Today, Millennium Bulk Logistics withdrew its permit application for a proposed mega-terminal for coal export to Asia in Longview, Washington. The withdrawal follows several weeks of reports about the company’s deception around the true size of the project.
“From the start, this proposal was a bad deal for Longview—coal dust causing health problems, coal trains causing traffic backups, and a coal company we couldn’t trust to tell us the simple truth,” said Becky Kelley with Washington Environmental Council. “Millennium withdrawing their permit application after the true size of their proposal was revealed just goes to show how much they’d misrepresented their intentions. Everyone needs to remember Millennium’s deceit when they try and push through this bad idea again.”
While company officials assured county commissioners and community members that the terminal would handle 5 million tons of year (an amount roughly equal to the amount of coal burned in Washington annually) in their permit application, internally, company officials were prepping for a facility that would export up to 80 million tons of coal to China.
“Millennium was trying to hide the serious public health impacts and traffic congestion caused by thousands of dirty coal trains and a dusty terminal,” said Brett VandenHeuvel with Columbia Riverkeeper. “Millennium got caught being dishonest and was forced to withdraw their permit.”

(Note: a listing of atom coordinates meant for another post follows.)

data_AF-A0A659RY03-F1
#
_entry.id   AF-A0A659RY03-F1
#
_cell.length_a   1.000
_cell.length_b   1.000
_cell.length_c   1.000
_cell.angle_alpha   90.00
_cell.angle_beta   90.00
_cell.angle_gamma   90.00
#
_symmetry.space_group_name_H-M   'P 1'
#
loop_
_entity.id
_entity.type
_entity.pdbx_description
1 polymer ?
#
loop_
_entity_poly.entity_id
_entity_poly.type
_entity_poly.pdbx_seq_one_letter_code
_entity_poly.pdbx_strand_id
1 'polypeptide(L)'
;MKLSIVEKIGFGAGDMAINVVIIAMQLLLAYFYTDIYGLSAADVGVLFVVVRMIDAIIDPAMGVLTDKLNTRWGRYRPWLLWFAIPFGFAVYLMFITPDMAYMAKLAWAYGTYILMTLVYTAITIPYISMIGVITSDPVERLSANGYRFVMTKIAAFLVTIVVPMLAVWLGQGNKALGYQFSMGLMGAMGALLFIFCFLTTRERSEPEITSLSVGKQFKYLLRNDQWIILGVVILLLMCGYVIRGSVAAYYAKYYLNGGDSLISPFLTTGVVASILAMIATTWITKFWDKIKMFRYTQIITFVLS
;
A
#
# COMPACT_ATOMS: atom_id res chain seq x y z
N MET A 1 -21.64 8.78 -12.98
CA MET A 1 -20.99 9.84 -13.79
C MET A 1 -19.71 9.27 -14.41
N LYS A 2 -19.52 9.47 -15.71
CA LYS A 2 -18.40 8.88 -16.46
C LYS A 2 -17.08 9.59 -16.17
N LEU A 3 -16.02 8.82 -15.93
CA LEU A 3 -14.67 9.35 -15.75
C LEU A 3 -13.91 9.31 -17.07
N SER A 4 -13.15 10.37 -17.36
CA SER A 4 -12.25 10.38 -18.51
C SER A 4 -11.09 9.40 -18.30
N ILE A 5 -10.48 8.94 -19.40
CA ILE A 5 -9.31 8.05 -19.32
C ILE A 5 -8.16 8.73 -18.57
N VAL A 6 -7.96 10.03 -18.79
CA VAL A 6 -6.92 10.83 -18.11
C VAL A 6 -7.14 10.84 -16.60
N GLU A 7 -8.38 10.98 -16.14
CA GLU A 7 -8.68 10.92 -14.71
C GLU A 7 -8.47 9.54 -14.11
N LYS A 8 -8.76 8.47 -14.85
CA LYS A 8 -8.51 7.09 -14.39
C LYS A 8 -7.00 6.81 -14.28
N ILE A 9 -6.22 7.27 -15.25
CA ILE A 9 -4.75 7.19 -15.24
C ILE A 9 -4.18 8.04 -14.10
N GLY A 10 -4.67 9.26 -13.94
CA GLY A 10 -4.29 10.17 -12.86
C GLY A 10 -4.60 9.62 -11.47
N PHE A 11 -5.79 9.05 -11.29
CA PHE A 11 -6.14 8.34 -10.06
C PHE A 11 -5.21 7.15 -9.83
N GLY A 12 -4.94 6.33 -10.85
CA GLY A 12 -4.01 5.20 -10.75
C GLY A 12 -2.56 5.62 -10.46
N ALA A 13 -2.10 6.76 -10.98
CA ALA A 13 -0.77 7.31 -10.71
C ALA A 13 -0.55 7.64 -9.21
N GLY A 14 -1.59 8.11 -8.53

“The discrepancies between what they were purporting in their applications and what they were internally planning for was truly astonishing,” said Jan Hasselman, an attorney for Earthjustice, which represented the coalition of groups who appealed the initial permit.
“The profits were headed out of the country, but the health problems and pollution would have been here to stay”, said Ross Macfarlane, Senior Advisor for Climate Solutions. “This idea of turning Washington into a way station for coal—which will pollute our atmosphere with tons of carbon dioxide and toxics—is a losing idea for our health and our economy.”
In November 2010, Cowlitz County Commissioners approved a shoreline permit to build a coal export facility. In December 2010, a diverse coalition of clean economy, environmental and citizen groups appealed the permit, saying the facility would threaten public health and run counter to state efforts to curb carbon pollution and build a clean energy economy. Also in December, the Washington State Department of Ecology intervened in the challenge contending that the permit had not considered the full impacts of the coal export facility. In February, company documents revealed the true scope of the project was up to 12 times what had been proposed in the permitting process.
“Public health, clean energy advocates and conservations groups are obviously pleased that this disastrous proposal will not rush forward as the coal company had hoped,” said Cesia Kerins, regional representative with the Sierra Club. “Our work to keep coal’s damaging pollution out of our air, water, lungs and climate continues. We hope that any other company currently considering willfully ignoring a community’s health so they can export coal is paying attention to this example.”